One thing is clear: fans, coaches, media, families, friends and the players themselves are going to find out just how much these dudes care about football. Try as administrators might, student gatherings aren’t going to magically dissipate until a vaccine is released. Temptations to break stride will abound.

Get the virus, and you aren’t just putting yourself at risk. You could jeopardize an entire season.

How’s that for peer accountability?

“There’s sacrifices we’re all gonna have to make to be able to be successful this fall, and we know how severe COVID-19 can be,” Morgan said. “And, you know, 21 days is a long time. If you test positive, that’s three weeks. So each and every player knows what’s at stake. And we know we have to treat each each day like — you know, we have to be careful.”

A hero’s return

Over the course of two months, Bateman went from contracting the virus to preparing for the NFL draft to pursuing a waiver from the NCAA to play to seeing his eligibility restored.

“It was a tough time, and I made it out,” said Bateman, the reigning B1G receiver of the year. “I’m the happiest I’ve been since all this stuff has been going on.”

That stuff included the police killing of George Floyd and the riots, looting and unrest that ensued within miles of campus this summer. It’s why Bateman will wear No. 0 this season, to prove that “there is zero tolerance for racism,” and there is zero doubt about what Minnesota football stands for, he says.

Regardless of today’s divided political climate, don’t doubt the impact being so close to the epicenter of the U.S.’s latest social unrest has had on Bateman and his teammates.

On the field, his return completely changes the complexion of the Gophers’ offense. Bateman is good enough to have an even better season than he did as a sophomore, and at the very least he’ll open opportunities for No. 2 wideout Chris Autman-Bell, tight end Brevyn Spann-Ford and other skill players.

“Rashod Bateman changes a lot of things,” Fleck said. “Maybe not so much for our offense, but it changes things for opposing defenses. Having him in there is critical. … They’ve either got to put more people in the box to stop the run or put another person over him to take him out of the box to stop him in the pass game.”

Morgan had FBS’s fourth-best passer rating and was one of the country’s most consistent quarterbacks in 2019. He’ll drop back behind one of the sport’s biggest and most experienced offensive lines, depending on what happens with a couple members’ playing status.

And Mohamed Ibrahim is back and expected to shoulder the lion’s share of co-offensive coordinators Mike Sanford Jr. and Matt Simon’s zone running attack. Ibrahim ran for 1,160 yards as a freshman before sharing carries with Rodney Smith and Shannon Brooks, both graduated, last season.

“We just happy that we got a schedule and we got something to look forward to,” Ibrahim said. “But we still have to prepare every day.”

Stopping power

Five FBS programs offered starting middle linebacker Mariano Sori-Marin an athletic scholarship: Brown, Colgate, Cornell, Harvard and Minnesota.

Ask anyone around the program and they’ll probably tell you the 2019-20 Big Ten Distinguished Scholar is the smartest cat on the team. “Not only that” Fleck said, “I would probably rank him in the top 3 of who loves football the most.”

Sori-Marin is one of just 4 returning starters for a defense that finished No. 10 in the FBS last season. Safety Antoine Winfield Jr., cornerback Chris Williamson, defensive end Carter Coughlin and linebacker Kamal Martin were all drafted.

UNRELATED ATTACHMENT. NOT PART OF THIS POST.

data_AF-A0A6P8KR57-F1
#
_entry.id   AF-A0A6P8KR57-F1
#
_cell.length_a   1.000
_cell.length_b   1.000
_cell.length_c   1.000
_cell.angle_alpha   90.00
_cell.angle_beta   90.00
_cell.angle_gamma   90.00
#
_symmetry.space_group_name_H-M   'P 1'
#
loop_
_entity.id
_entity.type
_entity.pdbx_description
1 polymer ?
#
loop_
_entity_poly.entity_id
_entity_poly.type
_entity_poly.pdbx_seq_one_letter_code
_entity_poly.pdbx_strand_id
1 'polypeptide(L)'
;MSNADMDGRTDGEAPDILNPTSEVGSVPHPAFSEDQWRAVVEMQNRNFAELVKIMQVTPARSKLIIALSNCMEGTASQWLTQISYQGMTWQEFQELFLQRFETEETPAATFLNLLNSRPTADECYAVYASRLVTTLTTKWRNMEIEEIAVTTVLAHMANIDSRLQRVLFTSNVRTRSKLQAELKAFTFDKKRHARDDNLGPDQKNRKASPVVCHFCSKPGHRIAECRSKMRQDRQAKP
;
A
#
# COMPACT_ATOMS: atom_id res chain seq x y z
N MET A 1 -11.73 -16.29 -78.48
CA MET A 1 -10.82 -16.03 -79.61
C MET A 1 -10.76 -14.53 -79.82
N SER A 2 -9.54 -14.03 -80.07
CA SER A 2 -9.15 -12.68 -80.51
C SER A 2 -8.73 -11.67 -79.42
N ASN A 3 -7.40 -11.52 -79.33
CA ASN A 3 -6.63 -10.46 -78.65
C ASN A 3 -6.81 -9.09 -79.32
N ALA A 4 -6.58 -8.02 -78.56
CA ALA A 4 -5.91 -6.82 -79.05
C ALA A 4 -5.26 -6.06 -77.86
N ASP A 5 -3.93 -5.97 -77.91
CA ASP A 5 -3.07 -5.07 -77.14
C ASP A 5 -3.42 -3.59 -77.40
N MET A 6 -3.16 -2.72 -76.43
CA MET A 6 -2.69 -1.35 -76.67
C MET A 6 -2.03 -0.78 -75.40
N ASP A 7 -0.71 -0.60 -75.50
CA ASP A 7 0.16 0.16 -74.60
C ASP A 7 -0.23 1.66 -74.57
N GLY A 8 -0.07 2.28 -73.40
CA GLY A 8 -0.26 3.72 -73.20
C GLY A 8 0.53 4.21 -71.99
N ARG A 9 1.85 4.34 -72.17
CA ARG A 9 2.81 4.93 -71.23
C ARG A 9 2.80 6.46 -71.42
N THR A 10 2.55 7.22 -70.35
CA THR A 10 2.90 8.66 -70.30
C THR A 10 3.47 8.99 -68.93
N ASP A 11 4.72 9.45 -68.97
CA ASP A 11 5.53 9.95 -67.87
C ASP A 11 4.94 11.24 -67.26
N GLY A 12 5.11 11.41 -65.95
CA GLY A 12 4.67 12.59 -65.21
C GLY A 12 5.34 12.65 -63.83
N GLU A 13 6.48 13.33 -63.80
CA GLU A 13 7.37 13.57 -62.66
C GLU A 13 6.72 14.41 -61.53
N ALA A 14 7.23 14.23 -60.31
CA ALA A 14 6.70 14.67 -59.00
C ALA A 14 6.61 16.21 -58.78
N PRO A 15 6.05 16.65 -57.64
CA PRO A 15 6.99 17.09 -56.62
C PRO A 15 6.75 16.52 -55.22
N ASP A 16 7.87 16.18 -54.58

This is where Fleck and defensive coordinator Joe Rossi’s ability to develop players will be tested. Success in that department is the only way Minnesota will have a chance to keep pace with Wisconsin, Iowa or possibly a surprise contender in the B1G West.

With the Hawkeyes losing players to the NFL and the Badgers breaking in a new quarterback in Graham Mertz while Jack Coan recovers from foot surgery, it looks like a wide-open race similar to last year’s.

“We might be younger, but I think we’re deeper,” Fleck said. “You see a potential up to a certain point, because the person in front of you’s playing all the time, well, sometimes that player’s got to be able to move on for you to be able to really kind of take the top off the jar, and for the grasshopper to jump out of the jar and go to places they’ve never gone before.

“And I can see that with our defense.”

The front seven is particularly thin, but the secondary’s the opposite with safety Jordan Howden and cornerbacks Coney Durr and Benjamin St-Juste all back. Defensive linemen Esezi Otomewo, Micah Dew-Treadway and Boye Mafe all have the potential for breakout seasons.

Sori-Marin predicts some surprises this fall.

“Every single position, there’s studs on this defense,” he said. “I think the fans are going to be really, really excited about a lot of guys on this team.

“We’re excited to get after it.”

‘Real’ talk

Fleck has kept a close eye on the SEC, ACC and Big 12 games that will have been going on for over a month by the time the B1G kicks off.

“I think the one thing that’s stood out is football in 2020 is going to be really different than what people have seen at times,” Fleck said. “It’s not any less real than it’s ever been. It’s real, and it counts.”

Some Power 5 teams — including juggernaut Alabama — have struggled tackling. Others have had a hard time hanging on to the ball.

What will a COVID-sidetracked season bring? Players with no experience playing key roles? Games getting moved like we’ve seen in the NFL?

The fallout will go beyond 2020. With players granted an extra year of eligibility by the NCAA, Minnesota will have a roster logjam to deal with for the next several years.

In some ways, just getting a crack at this thing is gravy. Especially considering this team was practicing with no real purpose in mind a little more than a month ago.

Just don’t tell Fleck or his bought-in bunch this isn’t a fairytale worth exploring.

“It’s different,” Fleck said, “but it’s very real. And I think that’s what makes it really exciting.”